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Mr. Jones, have you ever been convicted of a crime? "Oh no, never been convicted of a
crime. "Are you sure? "Yes, I'm sure." Let me share with you how telling a little fib
can destroy your entire case and make you look like a total liar. Would you like to
learn what this is about? Come join me as I share with you this great information. Hi.
I'm Gerry Oginski. I'm a New York medical malpractice and personal injury trial attorney
practicing law here in the state of New York. Did you know that telling a little fib -- telling
a little contradiction, a little white lie -- cannot only destroy your entire case but
can make you out to look like a real big liar? Let me share with you how this might come
about. During your pre-trial testimony in a medical malpractice case, in a car accident
case or even an accident case, you're asked this innocuous question: Mr. Jones, have you
ever been convicted of a crime? And you're thinking in the back of your mind what does
this have to do with my medical malpractice or my accident case? And you say, "No. I've
never been convicted of a crime." Never believing that the defense is going to do an investigation
to look into your background. And you say, "No. Never been convicted of a crime." And
so now the defense attorney moves on and he doesn't have any information at that moment
to contradict you. But now as the case moves on and goes to trial, the defense attorney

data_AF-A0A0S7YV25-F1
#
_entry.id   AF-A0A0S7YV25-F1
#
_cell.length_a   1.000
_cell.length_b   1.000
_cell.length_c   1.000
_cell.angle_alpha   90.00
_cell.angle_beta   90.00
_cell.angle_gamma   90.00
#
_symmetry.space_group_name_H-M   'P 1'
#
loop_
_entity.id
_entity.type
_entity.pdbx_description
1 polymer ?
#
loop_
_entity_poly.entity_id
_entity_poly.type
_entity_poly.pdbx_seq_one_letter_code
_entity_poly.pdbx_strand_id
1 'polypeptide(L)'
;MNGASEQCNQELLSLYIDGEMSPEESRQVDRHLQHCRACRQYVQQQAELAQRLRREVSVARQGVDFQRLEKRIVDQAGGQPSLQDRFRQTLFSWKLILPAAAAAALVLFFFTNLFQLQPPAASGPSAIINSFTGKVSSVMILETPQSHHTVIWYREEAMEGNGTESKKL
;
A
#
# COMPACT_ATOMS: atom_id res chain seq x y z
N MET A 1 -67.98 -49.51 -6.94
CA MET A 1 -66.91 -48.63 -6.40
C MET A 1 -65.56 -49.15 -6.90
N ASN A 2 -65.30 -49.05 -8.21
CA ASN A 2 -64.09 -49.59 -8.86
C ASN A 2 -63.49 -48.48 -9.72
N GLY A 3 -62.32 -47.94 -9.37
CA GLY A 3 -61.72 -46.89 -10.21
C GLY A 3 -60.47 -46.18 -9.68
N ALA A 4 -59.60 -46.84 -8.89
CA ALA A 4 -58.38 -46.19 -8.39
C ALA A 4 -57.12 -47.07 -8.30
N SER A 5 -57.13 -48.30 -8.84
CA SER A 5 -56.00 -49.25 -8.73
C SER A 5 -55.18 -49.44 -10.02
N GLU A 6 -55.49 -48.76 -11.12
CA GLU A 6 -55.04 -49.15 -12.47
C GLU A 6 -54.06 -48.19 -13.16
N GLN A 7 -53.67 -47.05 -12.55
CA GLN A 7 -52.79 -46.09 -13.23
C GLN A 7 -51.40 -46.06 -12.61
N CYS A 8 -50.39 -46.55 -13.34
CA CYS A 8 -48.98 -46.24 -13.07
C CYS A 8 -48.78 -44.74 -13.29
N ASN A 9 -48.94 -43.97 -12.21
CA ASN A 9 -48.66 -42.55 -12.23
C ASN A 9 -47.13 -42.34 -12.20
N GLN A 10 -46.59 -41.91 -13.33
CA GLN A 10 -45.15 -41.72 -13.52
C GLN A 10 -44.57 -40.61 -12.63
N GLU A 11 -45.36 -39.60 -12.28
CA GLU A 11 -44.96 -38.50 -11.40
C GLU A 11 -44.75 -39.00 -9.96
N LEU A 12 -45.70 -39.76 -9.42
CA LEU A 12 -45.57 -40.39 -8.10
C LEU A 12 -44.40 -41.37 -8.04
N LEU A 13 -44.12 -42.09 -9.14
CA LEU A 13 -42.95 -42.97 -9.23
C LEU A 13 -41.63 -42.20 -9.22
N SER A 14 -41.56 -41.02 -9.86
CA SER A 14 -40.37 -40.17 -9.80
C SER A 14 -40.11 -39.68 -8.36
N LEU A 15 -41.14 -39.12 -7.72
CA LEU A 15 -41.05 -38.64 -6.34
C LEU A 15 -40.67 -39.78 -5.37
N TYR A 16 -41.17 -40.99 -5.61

is going to do extensive investigation to determine what your background is as well
as whether or not you have anything in your past -- anything in your history -- to show
that you contradicted something that you testified to during the course of your litigation. So
if it turns out that you have been convicted in the past, now here's how this is going
to be used at trial. You're on the witness stand. You've now testified. And now the defense
has an opportunity to cross-examine you. Mr. Jones, have you ever been convicted of a crime?
"No, I haven't." Because remember, you're thinking back wait a second this has nothing
to do with my case. I'm going to stick to my story. "No, I haven't." Really? You've
never been convicted of a crime? "No, I haven't." Ever? "No." You've never plead guilty to any
crime? "No, I have not." Mr. Jones, six years ago did you reside at this address? "Yes."
And in fact, isn't it true you plead guilty to the following crime? "No, I did not." Really?
Your Honor, I offer this document into evidence. I ask the court to take judicial notice that
Mr. Jones not only was convicted but plead guilty to this crime. Now the mere fact that
he was convicted has nothing to do with the key issues involved in this case. What does
it have to do with? It has to do with your credibility. And if you have destroyed your
credibility by telling one little inconsistency, by telling one little lie, the defense will
now use that later on to show that you are a total liar. The judge will give the jury
an instruction and say "Ladies and gentlemen, if you find that a witness has testified falsely
about one thing -- no matter whether it's small or large -- you are entitled to disregard
all of their testimony." So why do I share this great information with you? I share it
with you just to give you an insight and an understanding into what goes on in the litigation
process and what happens if you tell one little fib, one little lie, how it can make you out
to be a total liar and destroy your entire case. You know, I recognize you have questions
or concerns about your own particular matter. And if your matter happened here in New York
and you do have legal questions, what I encourage you to do is pick up the phone and call me.
I can answer your legal questions. This is something that I do every single day and I
welcome your call. You can reach me at 516-487-8207 or by email at Gerry@Oginski-law.com. That's
it for today's quick video. I'm Gerry Oginski, have a wonderful day!